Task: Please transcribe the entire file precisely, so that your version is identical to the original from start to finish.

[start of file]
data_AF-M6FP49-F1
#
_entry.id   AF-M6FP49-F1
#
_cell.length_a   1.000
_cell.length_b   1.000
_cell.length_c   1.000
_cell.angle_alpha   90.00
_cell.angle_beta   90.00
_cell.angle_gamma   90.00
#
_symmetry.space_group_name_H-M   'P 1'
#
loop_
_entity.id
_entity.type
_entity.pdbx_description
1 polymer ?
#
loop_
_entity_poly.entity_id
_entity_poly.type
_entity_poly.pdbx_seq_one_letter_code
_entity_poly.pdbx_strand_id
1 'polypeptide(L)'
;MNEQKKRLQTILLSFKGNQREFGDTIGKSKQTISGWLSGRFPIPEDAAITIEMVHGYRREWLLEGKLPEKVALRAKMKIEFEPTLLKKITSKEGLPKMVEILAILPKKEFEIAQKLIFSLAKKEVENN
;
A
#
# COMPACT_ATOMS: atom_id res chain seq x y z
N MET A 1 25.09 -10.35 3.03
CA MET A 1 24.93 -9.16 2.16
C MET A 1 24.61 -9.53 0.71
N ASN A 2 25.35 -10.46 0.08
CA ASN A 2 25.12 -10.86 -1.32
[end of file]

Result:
data_AF-M6FP49-F1
#
_entry.id   AF-M6FP49-F1
#
_cell.length_a   1.000
_cell.length_b   1.000
_cell.length_c   1.000
_cell.angle_alpha   90.00
_cell.angle_beta   90.00
_cell.angle_gamma   90.00
#
_symmetry.space_group_name_H-M   'P 1'
#
loop_
_entity.id
_entity.type
_entity.pdbx_description
1 polymer ?
#
loop_
_entity_poly.entity_id
_entity_poly.type
_entity_poly.pdbx_seq_one_letter_code
_entity_poly.pdbx_strand_id
1 'polypeptide(L)'
;MNEQKKRLQTILLSFKGNQREFGDTIGKSKQTISGWLSGRFPIPEDAAITIEMVHGYRREWLLEGKLPEKVALRAKMKIEFEPTLLKKITSKEGLPKMVEILAILPKKEFEIAQKLIFSLAKKEVENN
;
A
#
# COMPACT_ATOMS: atom_id res chain seq x y z
N MET A 1 25.09 -10.35 3.03
CA MET A 1 24.93 -9.16 2.16
C MET A 1 24.61 -9.53 0.71
N ASN A 2 25.35 -10.46 0.08
CA ASN A 2 25.12 -10.86 -1.32